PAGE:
To assess the bone resorption capability of DAP12-deficient multinucleated cells, we performed an in vitro bone resorption assay. We first induced DAP12-deficient and control PBMCs with M-CSF and RANKL for 7 or 21 d and then transferred the cells on dentin slices for 7 d. Multinucleated DAP12-deficient cells stimulated for 7 d before transferring on dentine slices were capable of bone resorption () . Although the same number of DAP12-deficient and control cells were transferred per well, the total surface area per dentine slice resorbed by DAP12-deficient osteoclasts was reduced, being only 0.03% of that of control osteoclasts (P < 0.01; B). Similarly, we observed a significant difference in the average resorbed surface area per multinucleated osteoclast between DAP12-deficient and control osteoclasts (36 μm2
and 35,700 μm2
, respectively, P < 0.05; C). Surprisingly, the surface area per resorption pit generated by DAP12-deficient and control osteoclasts showed no difference. However, the resorption pits generated by DAP12-deficient osteoclasts were 25% deeper compared with the controls (25 μm and 20 μm, respectively, P < 0.0001; D). Neither DAP12-deficient nor control osteoclasts were capable of bone resorption in resorption assays initiated after stimulation for 21 d. Taken together, DAP12-deficient multinucleated cells can resorb mineralized bone and they fulfill the criteria for osteoclasts. The lower resorption rate of these osteoclasts could either be due to an impaired actin ring formation or to a loss of controlled cyclic changes in the actin cytoskeleton required for osteoclast movement (17
). Abnormal function of the actin ring or cytoskeleton in the genetically defective osteoclasts could potentially lead to a decrease in resorbed surface area, prolonged resorption process, and abnormally deep resorption pits.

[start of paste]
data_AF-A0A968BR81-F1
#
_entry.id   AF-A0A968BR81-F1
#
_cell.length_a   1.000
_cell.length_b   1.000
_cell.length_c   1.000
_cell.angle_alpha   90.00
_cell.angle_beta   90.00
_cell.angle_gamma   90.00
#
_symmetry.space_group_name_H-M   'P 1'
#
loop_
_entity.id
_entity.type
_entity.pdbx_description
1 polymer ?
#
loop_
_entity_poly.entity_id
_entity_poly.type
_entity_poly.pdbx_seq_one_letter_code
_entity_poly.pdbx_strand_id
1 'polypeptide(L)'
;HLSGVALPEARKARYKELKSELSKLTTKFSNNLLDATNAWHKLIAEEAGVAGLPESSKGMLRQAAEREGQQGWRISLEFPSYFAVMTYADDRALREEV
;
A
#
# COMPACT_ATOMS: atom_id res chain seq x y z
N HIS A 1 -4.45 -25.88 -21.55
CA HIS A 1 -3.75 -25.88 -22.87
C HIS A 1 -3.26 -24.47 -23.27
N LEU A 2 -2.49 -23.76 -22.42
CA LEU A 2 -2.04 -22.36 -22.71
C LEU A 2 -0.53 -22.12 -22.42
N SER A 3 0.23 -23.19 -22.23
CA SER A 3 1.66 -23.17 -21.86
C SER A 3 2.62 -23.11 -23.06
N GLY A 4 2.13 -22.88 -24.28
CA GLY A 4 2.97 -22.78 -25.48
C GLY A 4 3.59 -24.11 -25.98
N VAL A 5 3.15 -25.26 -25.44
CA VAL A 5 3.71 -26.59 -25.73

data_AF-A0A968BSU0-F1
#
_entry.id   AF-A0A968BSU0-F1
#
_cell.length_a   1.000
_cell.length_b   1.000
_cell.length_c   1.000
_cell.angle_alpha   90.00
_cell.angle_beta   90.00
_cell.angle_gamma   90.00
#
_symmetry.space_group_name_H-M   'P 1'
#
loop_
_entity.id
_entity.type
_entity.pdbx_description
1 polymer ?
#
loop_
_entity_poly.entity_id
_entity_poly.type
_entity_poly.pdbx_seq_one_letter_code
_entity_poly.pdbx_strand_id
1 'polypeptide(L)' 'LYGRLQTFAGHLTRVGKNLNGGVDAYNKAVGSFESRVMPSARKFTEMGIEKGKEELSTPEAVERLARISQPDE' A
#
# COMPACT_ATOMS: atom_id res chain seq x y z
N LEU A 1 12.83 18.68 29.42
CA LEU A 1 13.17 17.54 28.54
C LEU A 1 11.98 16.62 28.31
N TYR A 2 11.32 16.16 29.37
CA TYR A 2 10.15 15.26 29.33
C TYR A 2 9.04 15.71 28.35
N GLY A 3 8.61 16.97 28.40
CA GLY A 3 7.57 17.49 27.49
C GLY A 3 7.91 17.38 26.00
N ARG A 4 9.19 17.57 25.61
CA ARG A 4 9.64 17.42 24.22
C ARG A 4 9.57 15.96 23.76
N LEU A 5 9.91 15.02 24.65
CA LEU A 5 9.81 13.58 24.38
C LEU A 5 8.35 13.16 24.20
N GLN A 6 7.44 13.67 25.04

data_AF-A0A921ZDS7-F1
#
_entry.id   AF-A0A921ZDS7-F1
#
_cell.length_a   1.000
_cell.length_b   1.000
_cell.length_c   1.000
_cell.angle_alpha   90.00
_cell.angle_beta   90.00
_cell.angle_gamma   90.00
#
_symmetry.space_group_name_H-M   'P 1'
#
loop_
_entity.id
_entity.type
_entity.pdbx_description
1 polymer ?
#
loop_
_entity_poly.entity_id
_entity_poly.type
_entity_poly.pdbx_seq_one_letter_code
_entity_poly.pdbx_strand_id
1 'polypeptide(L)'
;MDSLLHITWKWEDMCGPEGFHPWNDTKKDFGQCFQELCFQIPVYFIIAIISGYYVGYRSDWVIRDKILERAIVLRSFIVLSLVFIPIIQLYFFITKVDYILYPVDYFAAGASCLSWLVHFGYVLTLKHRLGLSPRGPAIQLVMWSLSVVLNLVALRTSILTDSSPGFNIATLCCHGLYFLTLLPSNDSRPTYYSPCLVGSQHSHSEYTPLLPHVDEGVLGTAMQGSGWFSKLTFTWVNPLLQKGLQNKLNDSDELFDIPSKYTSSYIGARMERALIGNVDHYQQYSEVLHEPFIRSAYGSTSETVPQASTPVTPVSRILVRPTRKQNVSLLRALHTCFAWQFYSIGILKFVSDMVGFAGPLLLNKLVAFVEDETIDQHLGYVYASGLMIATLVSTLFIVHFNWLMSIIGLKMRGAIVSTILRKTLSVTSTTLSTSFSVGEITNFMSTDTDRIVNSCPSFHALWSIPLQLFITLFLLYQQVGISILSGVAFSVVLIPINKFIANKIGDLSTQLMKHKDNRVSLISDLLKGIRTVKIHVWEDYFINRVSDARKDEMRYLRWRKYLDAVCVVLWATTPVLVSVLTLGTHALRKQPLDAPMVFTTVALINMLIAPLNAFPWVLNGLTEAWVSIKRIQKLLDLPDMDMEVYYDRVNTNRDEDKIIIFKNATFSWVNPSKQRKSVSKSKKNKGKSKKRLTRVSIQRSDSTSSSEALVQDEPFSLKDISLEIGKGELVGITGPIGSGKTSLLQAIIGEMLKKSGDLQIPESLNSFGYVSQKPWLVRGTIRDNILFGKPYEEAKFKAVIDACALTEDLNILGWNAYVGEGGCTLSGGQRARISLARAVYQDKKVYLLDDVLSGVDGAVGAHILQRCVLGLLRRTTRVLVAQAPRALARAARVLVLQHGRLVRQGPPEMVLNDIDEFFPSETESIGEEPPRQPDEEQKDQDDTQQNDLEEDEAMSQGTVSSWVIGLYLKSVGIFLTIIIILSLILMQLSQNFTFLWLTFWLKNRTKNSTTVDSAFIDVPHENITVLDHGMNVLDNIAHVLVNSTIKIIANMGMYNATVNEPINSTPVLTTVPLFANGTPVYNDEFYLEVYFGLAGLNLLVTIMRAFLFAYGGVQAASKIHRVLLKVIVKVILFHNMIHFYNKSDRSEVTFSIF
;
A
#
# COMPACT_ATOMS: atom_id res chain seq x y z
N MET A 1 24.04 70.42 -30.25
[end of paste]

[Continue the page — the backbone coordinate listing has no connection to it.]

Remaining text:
Figure 4. DAP12-deficient osteoclasts are capable of bone resorption in vitro. (A) Control osteoclasts generated long continuous resorption pits. (B) The average surface area per resorption pit generated by DAP12-deficient osteoclasts is similar to controls. The (more ...)
Quantitative RT-PCR Analysis.
To study the molecular basis for resorption capability and osteoclastic character, we performed a time course study of mRNA of the stimulated cells for cathepsin K, RANK
) using quantitative RT-PCR (). Cathepsin K
transcripts were expressed at a very low level at days 1–3, but became strongly up-regulated after stimulation for 7–21 d (P < 0.001). There was no difference between DAP12/TREM2-deficient and control cells. Transcripts of the gene encoding RANK, the receptor for RANKL, were expressed in both genetically deficient and control cells after stimulation for 1 d. No significant difference was observed between the patient and control cells. TRAP
transcript level was initially low but became up-regulated after stimulation for 3–7 d. No significant differences between the patients and controls were observed. Both DAP12- and TREM2-deficient cells differentiating along the osteoclastic lineage expressed CALCR
, the receptor regulating the resorption by osteoclasts. Reliable quantitation could not be performed due to a low transcript level. However, there were no obvious differences between genetically deficient and control cells during the stimulation for 1–21 d. The transcript levels of DAP12
in control cells showed a progressive increase during the stimulation for up to 21 d. A fivefold increase in DAP12
(P < 0.01) and a 39-fold increase in TREM2
transcript level (P < 0.001) was observed between stimulations for 1 and 21 d. Taken together, the delayed differentiation and impaired resorption function of genetically deficient osteoclasts is not due to loss of RANK
, or TRAP
expression. There were no significant differences between DAP12/TREM2-deficient and control cells, suggesting that the steady-state expression levels of the genes studied are not dependent on DAP12 and TREM2. TREM2 polypeptide has been shown to be undetectable in macrophages derived by stimulation of monocytes for up to 14 d with M-CSF alone (9
). Thus, osteoclasts are likely to express DAP12
because the expression of DAP12
in PBMCs differentiating along the osteoclastic lineage became progressively up-regulated parallel with the increasing number of multinucleated osteoclasts.
Quantitative RT-PCR Analysis of RANKL/M-CSF–stimulated PBMCs of DAP12- and TREM2-deficient and Healthy Individuals
DAP12- and TREM2-deficient PBMCs Migrate Efficiently.